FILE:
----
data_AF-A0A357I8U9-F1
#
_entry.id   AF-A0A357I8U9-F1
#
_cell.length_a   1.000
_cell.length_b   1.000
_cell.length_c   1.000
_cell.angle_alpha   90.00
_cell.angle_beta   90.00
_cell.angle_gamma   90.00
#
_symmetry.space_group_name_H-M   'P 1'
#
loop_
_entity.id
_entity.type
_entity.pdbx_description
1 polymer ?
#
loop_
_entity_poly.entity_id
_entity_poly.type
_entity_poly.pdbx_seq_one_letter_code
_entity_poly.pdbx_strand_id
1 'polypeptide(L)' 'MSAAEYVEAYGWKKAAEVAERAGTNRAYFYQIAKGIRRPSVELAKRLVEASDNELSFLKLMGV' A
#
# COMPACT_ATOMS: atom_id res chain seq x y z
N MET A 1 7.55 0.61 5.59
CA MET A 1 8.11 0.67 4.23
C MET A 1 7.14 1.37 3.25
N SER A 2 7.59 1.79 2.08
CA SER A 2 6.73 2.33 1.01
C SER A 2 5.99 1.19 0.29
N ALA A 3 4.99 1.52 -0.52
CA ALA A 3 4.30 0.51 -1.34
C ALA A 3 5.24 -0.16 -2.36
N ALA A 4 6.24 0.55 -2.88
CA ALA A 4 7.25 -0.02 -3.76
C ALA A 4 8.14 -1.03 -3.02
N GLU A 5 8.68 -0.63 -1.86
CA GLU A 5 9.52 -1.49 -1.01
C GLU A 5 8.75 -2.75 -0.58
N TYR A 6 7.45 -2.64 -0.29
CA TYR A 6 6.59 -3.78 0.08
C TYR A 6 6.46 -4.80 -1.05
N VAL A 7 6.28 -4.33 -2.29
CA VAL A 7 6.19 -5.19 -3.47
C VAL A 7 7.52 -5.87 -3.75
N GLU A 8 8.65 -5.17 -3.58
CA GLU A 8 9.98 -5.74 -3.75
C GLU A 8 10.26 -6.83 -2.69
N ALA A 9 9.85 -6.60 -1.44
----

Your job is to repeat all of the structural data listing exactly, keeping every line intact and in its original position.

data_AF-A0A357I8U9-F1
#
_entry.id   AF-A0A357I8U9-F1
#
_cell.length_a   1.000
_cell.length_b   1.000
_cell.length_c   1.000
_cell.angle_alpha   90.00
_cell.angle_beta   90.00
_cell.angle_gamma   90.00
#
_symmetry.space_group_name_H-M   'P 1'
#
loop_
_entity.id
_entity.type
_entity.pdbx_description
1 polymer ?
#
loop_
_entity_poly.entity_id
_entity_poly.type
_entity_poly.pdbx_seq_one_letter_code
_entity_poly.pdbx_strand_id
1 'polypeptide(L)' 'MSAAEYVEAYGWKKAAEVAERAGTNRAYFYQIAKGIRRPSVELAKRLVEASDNELSFLKLMGV' A
#
# COMPACT_ATOMS: atom_id res chain seq x y z
N MET A 1 7.55 0.61 5.59
CA MET A 1 8.11 0.67 4.23
C MET A 1 7.14 1.37 3.25
N SER A 2 7.59 1.79 2.08
CA SER A 2 6.73 2.33 1.01
C SER A 2 5.99 1.19 0.29
N ALA A 3 4.99 1.52 -0.52
CA ALA A 3 4.30 0.51 -1.34
C ALA A 3 5.24 -0.16 -2.36
N ALA A 4 6.24 0.55 -2.88
CA ALA A 4 7.25 -0.02 -3.76
C ALA A 4 8.14 -1.03 -3.02
N GLU A 5 8.68 -0.63 -1.86
CA GLU A 5 9.52 -1.49 -1.01
C GLU A 5 8.75 -2.75 -0.58
N TYR A 6 7.45 -2.64 -0.29
CA TYR A 6 6.59 -3.78 0.08
C TYR A 6 6.46 -4.80 -1.05
N VAL A 7 6.28 -4.33 -2.29
CA VAL A 7 6.19 -5.19 -3.47
C VAL A 7 7.52 -5.87 -3.75
N GLU A 8 8.65 -5.17 -3.58
CA GLU A 8 9.98 -5.74 -3.75
C GLU A 8 10.26 -6.83 -2.69
N ALA A 9 9.85 -6.60 -1.44